Visions of Paradise

Saturday, October 25, 2008

Books and me

When I was in young, books were very important to me as a way to escape the world in which I lived. I recall taking numerous walks down Palisade Avenue to the library, usually with my brother Stephen accompanying me, to take out books with little rocket ships on their spine. Most titles are lost in my memory, although I recall The Light at the End of the Tunnel (whose author is still lost to me) and L. Frank Baum’s Oz books. In junior high school, books became even more important to me. Perhaps the most important moment in my life occurred on Christmas morning, 1962, when I found a copy of Worlds of IF magazine in my stocking. My parents had always put a comic book in them, but that year one of them–I never knew parent it was–obviously found that sf magazine right above the comic books in Sal’s Stationary.

Since that moment I have had a lifelong love affair with books, primarily science fiction books, but not exclusively. Historical fiction is my second choice, followed by history itself. I still think about books a lot, spending time browsing my Books to Read, Recommended Reading and Inventory lists. It takes a major effort not to buy books continuously, and I am rather proud that I have only bought 22 total books this year (including 7 free books when I rejoined the Book-of-the-Month Club). I would love to have the time to read every book in my inventory, starting with the unread ones (246 fiction and 206 nonfiction), but that will never happen. But it is nice to still be passionate about something that has been with me my entire life.

With that in mind, I have been thinking about which books I would like to buy next and which books I would like to read next. For the former, I have considered Andre Norton’s Mask of the Outcasts and Stephen Baxter The Time Ships (since both authors are on my Authors I Wish To Read More By list), but eventually I ordered Robert A. Heinlein’s Four Frontiers, one of the compilations of his “young adult” novels published by the Science Fiction Book Club.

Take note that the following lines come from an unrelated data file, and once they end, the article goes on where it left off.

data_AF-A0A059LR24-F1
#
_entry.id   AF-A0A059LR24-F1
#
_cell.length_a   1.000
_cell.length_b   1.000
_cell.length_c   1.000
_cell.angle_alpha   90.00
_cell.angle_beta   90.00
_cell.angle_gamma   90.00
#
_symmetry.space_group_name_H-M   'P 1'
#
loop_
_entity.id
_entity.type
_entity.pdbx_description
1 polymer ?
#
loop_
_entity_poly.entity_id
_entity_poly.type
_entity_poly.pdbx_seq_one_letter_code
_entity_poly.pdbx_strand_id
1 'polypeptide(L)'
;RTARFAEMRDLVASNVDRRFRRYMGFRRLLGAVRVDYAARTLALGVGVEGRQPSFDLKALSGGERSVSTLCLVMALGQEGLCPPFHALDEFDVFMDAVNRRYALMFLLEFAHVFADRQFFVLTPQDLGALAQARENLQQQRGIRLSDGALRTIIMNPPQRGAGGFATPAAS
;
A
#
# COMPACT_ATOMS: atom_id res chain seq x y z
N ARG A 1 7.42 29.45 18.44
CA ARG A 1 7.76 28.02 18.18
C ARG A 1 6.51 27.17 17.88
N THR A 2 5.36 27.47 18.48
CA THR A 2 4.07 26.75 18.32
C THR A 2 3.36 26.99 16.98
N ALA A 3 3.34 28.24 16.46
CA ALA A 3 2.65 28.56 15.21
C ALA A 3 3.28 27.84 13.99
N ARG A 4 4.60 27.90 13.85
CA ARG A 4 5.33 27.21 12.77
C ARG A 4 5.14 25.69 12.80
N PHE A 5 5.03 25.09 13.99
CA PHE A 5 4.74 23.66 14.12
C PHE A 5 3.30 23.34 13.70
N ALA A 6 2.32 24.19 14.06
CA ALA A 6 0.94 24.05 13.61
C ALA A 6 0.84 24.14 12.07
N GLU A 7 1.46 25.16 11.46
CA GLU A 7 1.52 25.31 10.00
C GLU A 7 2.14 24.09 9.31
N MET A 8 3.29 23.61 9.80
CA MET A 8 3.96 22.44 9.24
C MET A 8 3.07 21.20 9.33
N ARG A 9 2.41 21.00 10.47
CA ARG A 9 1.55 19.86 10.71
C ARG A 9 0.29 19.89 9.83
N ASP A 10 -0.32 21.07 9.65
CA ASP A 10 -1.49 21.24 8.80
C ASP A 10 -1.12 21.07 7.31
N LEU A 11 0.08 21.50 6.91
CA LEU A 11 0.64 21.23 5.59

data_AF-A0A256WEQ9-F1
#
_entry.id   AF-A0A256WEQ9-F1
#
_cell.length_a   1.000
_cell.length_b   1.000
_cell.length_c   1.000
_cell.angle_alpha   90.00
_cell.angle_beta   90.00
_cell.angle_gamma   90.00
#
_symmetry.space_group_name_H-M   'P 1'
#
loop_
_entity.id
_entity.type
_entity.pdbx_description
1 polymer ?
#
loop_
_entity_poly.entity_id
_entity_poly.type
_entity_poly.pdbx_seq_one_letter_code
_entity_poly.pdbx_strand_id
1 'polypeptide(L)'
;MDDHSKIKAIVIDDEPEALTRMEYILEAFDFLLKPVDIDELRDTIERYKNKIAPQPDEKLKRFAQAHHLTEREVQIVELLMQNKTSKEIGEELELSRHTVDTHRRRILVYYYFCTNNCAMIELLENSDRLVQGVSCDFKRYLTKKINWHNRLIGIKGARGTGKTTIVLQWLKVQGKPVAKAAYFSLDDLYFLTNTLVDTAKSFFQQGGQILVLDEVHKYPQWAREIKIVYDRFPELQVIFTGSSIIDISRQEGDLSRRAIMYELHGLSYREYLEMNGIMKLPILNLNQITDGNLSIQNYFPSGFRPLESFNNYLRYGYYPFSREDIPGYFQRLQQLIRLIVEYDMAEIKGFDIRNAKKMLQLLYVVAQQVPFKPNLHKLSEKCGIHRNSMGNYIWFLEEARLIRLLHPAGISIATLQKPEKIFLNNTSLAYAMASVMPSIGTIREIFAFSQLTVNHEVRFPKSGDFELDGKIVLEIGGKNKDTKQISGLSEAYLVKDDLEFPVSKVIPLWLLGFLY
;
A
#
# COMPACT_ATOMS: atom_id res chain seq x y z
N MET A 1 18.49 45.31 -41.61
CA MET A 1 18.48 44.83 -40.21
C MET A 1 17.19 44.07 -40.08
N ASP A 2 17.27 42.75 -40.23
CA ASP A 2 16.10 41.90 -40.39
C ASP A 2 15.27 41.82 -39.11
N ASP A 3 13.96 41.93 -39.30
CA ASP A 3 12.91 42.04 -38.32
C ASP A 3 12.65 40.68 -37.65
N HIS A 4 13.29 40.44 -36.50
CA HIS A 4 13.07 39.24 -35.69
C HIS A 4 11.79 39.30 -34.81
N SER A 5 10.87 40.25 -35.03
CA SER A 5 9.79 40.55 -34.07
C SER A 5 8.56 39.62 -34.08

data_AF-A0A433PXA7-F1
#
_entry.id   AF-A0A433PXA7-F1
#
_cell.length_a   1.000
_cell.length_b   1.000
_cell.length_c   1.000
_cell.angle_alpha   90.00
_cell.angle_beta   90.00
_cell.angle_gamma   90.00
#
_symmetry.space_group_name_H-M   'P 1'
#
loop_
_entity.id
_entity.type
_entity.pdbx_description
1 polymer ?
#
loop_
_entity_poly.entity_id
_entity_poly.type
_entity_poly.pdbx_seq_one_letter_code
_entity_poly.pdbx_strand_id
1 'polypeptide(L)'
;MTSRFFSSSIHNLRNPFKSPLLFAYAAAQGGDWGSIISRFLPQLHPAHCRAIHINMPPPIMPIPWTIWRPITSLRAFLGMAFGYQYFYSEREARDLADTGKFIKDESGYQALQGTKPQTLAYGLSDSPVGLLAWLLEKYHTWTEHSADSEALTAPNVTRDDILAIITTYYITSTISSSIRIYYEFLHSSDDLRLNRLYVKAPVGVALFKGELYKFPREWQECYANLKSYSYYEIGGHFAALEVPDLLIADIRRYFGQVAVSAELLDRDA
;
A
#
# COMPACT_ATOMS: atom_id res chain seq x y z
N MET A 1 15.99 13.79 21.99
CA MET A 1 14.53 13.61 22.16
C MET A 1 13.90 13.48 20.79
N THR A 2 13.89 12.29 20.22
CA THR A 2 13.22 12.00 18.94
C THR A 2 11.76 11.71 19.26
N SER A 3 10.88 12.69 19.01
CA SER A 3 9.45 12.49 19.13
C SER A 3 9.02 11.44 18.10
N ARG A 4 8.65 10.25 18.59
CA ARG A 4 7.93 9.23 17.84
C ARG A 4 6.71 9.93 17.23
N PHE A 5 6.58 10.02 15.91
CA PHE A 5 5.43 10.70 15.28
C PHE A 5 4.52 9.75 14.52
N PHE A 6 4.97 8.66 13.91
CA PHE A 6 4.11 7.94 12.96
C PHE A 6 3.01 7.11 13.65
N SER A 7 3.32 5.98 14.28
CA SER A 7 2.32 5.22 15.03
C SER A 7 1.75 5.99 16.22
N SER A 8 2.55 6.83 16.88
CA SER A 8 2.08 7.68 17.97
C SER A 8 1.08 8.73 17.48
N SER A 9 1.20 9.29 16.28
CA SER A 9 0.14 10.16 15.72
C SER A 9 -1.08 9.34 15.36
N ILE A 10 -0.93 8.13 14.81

As for reading, I selected Brian W. Aldiss’ (unread) 1976 anthology Galactic Empires, vol. 1, mostly because it contains some interesting novelettes by Poul Anderson, Clifford D. Simak, Isaac Asimov and James White. If I like it, I might slip immediately into vol. 2.

Sometimes I wonder what people do if they have no passion guiding their life? No matter how much I love my job--and I do!--if my life consisted exclusively of working and household chores with occasional vacations and partying, I think I would be bored much of the time. Reading and writing are what fuel me and give me a large portion of my pleasure and satisfaction. I really feel sorry for people who have no passions in their life.


  • Bob, our lives really parallel a lot. We haven't always read the same books, but we're close. Since you read my blog you know the details. It's rather strange that you and I both got to Foundation and Red Planet independently and around the same time? I wonder how many late middle-aged science fiction fans are out there like us?

    By Blogger Jim Harris, At 5:40 AM  

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